The stretch we explored was a Class 2 or maybe 3. Ideal for a beginner.
All of us were equipped with a lifejacket which is designed to keep your head above water. They are therefore ideal for young children and non-swimmers for me.
Other reassuring factor was the presence of Matthew Karsten aka Expert Vagabond. Turns out that Matthew is a canoe/kayak expert so that made a big difference.
Mastering the art of paddling takes time and after some wise words from Matthew I started getting into a nice rhythm and more importantly feeling at ease with my alien surroundings.
Then came my first rapid. It was quite a tame rapid, probably a class 2 rapid or maybe a 3.
Nevertheless, at the time of crossing that rapid…. it was the equivalent of conquering the peak of Mount Everest!
Negotiating that was a confidence boost . A nice little adrenaline ride. I lifted my paddle aloft as if I had just won the Oxford-Cambridge boat race.
After, that it was a serene progression.
Soaking in the sun rays and enjoying winding our way through a 10 million year old landscape with spectacular rock and mountain formations at every turn.
Other highlights of the trip was some of our co rafters spotted a monitor lizard by the river which I missed….and dredging the river bed for tigers eye and semi precious stones.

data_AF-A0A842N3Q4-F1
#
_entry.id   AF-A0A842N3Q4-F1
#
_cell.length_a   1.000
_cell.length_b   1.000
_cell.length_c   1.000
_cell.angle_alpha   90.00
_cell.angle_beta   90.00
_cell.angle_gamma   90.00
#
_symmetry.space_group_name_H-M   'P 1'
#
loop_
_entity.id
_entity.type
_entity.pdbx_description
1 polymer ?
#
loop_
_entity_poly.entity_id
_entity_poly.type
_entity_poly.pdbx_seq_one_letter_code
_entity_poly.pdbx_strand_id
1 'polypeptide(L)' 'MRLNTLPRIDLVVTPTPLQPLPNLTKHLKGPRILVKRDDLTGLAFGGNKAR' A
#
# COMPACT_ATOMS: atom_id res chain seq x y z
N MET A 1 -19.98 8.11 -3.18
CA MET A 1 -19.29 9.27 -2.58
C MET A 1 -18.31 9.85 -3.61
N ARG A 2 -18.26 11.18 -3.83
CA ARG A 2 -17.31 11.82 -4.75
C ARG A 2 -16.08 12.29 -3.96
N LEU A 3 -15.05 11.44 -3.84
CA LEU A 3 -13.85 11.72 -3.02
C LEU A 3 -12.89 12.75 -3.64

After a 2 hour long paddle down the river which included a nice healthy lunch break on the Namibian side of the river, we returned to the Growcery base camp. Tired but elated. My fear of water partially conquered.
So what was my key takeaway from my trip to South Africa?
Apart from the fact that South Africa is a ridiculously beautiful country and that you must come here while you live. Not before you die…
Every time I’ve confronted my fears, I’ve emerged a more stronger, better person.
I had to come a long, long way to overcome my fear of water and heights.
However as America’s queen of opera, Beverley Sills would tell you
‘There are no shortcuts to any place worth going.’
I stayed in the chic shack permanent units at the Growcery Camp which includes two single beds with mattresses. Rates start at R180 per person per night which translates into £11/ €13/ ¢17 S
The Camp is a 700km/ 8 hour drive from Cape Town.
Via DriveSouthAfrica.Co.Za rates for 4 x 4 car hire start around €38 in the low season (Mid May to end of June ) going upto €90 a day in the high season ( Mid July to October )
Half day rafting trip with Umkulu Safaris costs R395 per person ( £20/€24/ ¢37 ) going upto R750 for a full day rafting trip.
The hot-air ballooning excursion was courtesy of Bill Harrop’s Hot Air Balloon Safari’s. Prices start from the £80 mark and includes a champagne breakfast at the end.
My trip Johannesburg was courtesy of South Africa Tourism office and part of the #MeetSouthAfrica campaign which is supported and managed by iambassador. As always, I maintain full editorial control of the content published on this site.